- Ultrasound of the heart
- Chest X-ray
- CT Scan of the chest
Pulmonary Edema: Treatment
Since pulmonary edema is a serious condition, it requires quick treatment. Oxygen is integral: your healthcare team will provide an oxygen mask, nasal cannula, or positive pressure mask.
If there is an underlying cause, then you will be prescribed preload reducers, afterload reducer, heart medications or morphine, depending on the primary cause.
If your case is severe, you may need intensive or critical care. When breathing is too difficult, a machine that helps the patient breathe will be necessary. This will help get more air into your lungs.
Can Pulmonary Edema Be Prevented?
Always consult your doctor on how to prevent pulmonary edema if you have a condition that may cause it.
If you have congestive heart failure, your doctor may recommend that you follow a healthy balanced diet, and maintain a healthy weight to reduce the risk of future episodes of pulmonary edema.
If pulmonary edema is altitude-induced, it may be minimized by making a gradual ascent. Your doctor may also advise taking medications before travelling, and avoiding excess exertion in high altitudes.
Some tips to improve your heart health are:
- Quit smoking: tobacco increases the risk of heart disease, lung disease, circulatory problems, etc.
- Reduce salt intake: excess salt leads to water retention, which increases heart work.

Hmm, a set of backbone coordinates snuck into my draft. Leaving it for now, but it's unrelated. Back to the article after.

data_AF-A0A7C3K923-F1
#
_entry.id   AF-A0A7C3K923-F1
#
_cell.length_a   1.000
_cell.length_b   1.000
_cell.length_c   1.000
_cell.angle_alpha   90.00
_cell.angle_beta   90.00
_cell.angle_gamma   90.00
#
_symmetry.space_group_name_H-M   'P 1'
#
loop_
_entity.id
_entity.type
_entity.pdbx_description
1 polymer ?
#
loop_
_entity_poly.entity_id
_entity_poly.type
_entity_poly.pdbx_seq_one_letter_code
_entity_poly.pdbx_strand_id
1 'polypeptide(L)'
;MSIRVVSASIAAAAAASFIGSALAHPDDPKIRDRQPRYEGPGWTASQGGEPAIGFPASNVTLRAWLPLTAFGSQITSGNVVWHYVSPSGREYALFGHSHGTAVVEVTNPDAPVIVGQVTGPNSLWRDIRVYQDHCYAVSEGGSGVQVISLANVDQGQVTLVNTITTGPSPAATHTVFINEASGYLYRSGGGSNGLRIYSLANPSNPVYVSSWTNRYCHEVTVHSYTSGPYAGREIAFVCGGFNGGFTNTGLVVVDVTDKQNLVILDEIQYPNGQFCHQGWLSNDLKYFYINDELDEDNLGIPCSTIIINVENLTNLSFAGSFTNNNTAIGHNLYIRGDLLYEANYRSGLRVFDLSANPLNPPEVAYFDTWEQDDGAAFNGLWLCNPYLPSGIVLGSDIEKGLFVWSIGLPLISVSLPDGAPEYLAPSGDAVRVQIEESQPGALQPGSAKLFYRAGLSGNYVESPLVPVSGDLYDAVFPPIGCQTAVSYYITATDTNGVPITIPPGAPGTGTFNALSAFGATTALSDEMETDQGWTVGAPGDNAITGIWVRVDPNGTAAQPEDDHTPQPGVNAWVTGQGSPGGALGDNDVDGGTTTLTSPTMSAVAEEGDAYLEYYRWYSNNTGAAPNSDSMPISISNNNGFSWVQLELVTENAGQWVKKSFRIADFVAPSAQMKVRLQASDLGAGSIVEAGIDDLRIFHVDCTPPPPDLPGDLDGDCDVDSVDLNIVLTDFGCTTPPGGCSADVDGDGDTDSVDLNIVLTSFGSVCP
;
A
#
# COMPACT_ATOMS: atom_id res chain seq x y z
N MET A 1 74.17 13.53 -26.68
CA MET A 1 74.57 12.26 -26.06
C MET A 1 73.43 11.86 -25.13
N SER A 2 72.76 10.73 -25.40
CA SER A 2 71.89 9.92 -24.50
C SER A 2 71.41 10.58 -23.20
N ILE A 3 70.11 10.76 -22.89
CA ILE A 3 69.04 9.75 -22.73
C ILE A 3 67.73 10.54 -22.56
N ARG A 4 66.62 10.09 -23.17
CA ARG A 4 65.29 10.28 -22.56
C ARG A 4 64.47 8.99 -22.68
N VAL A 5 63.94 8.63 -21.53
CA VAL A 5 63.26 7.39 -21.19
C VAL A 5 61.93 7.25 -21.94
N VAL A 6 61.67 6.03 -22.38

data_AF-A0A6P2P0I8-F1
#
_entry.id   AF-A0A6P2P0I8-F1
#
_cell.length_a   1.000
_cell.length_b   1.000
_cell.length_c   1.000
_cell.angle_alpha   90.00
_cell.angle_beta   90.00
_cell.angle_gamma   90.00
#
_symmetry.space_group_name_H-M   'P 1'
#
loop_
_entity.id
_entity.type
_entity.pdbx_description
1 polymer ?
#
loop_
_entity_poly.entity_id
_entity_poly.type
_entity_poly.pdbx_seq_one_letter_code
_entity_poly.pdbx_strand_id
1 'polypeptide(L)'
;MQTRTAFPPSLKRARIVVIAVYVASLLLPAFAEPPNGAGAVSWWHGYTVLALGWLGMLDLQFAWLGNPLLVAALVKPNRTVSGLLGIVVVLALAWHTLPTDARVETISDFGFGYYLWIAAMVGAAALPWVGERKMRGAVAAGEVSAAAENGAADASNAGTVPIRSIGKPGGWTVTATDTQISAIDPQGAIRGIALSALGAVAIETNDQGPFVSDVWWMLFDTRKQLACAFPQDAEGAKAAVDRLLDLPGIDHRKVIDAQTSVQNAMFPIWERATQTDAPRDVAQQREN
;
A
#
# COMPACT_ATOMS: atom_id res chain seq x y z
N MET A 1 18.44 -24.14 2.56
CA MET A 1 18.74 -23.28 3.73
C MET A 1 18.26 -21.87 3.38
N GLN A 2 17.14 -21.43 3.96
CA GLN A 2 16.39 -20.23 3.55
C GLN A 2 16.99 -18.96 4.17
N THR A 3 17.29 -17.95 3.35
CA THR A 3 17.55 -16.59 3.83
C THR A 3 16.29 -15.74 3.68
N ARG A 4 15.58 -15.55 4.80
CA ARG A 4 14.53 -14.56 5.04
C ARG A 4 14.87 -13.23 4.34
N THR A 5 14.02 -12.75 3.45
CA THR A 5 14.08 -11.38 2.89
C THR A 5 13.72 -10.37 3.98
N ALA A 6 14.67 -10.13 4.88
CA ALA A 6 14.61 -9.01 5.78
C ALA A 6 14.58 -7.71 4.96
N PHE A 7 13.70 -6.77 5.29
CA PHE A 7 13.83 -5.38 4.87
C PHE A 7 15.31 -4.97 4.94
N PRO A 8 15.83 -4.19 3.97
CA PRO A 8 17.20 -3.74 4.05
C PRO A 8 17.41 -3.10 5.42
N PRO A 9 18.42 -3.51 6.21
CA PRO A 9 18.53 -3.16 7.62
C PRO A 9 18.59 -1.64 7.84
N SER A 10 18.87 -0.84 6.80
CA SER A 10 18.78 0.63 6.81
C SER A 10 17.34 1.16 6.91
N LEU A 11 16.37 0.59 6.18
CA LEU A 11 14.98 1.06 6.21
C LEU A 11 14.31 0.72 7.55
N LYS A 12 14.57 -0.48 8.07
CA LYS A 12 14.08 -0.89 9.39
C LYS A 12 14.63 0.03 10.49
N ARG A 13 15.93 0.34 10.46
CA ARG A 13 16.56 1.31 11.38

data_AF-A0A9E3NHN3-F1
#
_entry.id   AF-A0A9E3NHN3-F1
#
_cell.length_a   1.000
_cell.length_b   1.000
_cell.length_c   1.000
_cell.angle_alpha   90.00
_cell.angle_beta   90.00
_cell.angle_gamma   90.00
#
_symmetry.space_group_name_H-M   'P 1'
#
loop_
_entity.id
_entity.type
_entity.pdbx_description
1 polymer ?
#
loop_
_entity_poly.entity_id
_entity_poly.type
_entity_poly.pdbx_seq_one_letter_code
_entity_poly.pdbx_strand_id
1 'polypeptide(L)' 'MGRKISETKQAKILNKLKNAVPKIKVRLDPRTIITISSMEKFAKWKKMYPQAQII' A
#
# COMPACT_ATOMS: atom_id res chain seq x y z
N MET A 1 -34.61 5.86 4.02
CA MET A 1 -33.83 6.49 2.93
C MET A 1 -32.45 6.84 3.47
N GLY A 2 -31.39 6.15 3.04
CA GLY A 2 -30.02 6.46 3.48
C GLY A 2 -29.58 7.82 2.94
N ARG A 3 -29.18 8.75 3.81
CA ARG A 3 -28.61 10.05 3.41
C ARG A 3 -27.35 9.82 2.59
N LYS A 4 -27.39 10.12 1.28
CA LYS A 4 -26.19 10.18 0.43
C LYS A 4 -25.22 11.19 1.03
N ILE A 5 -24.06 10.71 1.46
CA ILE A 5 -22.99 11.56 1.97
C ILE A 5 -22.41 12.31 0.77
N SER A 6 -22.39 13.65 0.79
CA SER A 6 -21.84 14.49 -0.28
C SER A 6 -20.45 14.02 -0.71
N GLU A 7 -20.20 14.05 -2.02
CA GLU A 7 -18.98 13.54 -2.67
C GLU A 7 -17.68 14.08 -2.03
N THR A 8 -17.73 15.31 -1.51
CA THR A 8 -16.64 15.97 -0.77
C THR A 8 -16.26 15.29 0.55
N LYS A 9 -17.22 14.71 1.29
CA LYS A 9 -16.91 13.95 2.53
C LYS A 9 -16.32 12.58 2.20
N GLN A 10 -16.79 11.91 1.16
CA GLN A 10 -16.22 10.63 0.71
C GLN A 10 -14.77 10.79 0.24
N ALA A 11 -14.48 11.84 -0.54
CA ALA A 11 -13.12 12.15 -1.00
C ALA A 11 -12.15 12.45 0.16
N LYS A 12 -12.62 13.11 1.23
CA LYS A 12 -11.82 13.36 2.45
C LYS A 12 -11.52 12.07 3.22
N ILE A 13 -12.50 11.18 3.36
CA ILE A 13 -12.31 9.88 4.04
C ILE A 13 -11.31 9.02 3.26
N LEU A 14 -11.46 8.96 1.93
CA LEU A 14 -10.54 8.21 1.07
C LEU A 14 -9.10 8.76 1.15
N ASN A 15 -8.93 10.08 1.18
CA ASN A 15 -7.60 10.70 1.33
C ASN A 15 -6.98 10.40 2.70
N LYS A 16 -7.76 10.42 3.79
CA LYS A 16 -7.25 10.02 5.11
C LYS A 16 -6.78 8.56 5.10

- Lower cholesterol levels: high cholesterol leads to fatty deposits in the arteries. This increases the risk of heart attack, stroke, and pulmonary edema.
- Eat a healthy and balanced diet: although your diet may vary according to your needs and the severity of your condition, your doctor may recommend that you consume fresh fruits and green vegetables, lean protein from eggs, chicken, fish, legumes, nuts and tofu.
- You may also need to implement sources of vitamin D, which is found in eggs, orange juice, meat, milk, and fortified cereal. Potassium and magnesium may also be recommended, these nutrients are found in leafy vegetables, seeds, bananas, and apricots.
- Get the pneumonia and flu vaccine, especially if you have heart problems or if you are an older adult.
- Remain on diuretics after a pulmonary edema episode to prevent recurrence.
- Visit your doctor regularly.
Lifestyle Changes to Prevent Pulmonary Edema
There are some lifestyle changes you can implement to prevent this condition from worsening.
- Give up Smoking: as we said before, smoking can worsen the condition of pulmonary edema. You may also avoid second-hand smoke since it may flare up the symptoms.
- Avoid allergens present in the environment since these can irritate your lungs.
- Try to avoid going outside when it is too cold or too hot, this can also irritate your lungs.
- Avoid consuming alcohol and recreational drugs (alcohol, marijuana, cocaine, and heroine can worsen the symptoms of pulmonary edema).
- Give up these substances if you have been diagnosed with pulmonary edema.
- Avoid strenuous physical activities. Get short breaks after every hour to give rest to the respiratory system. Consult your doctor about the best exercise options for you.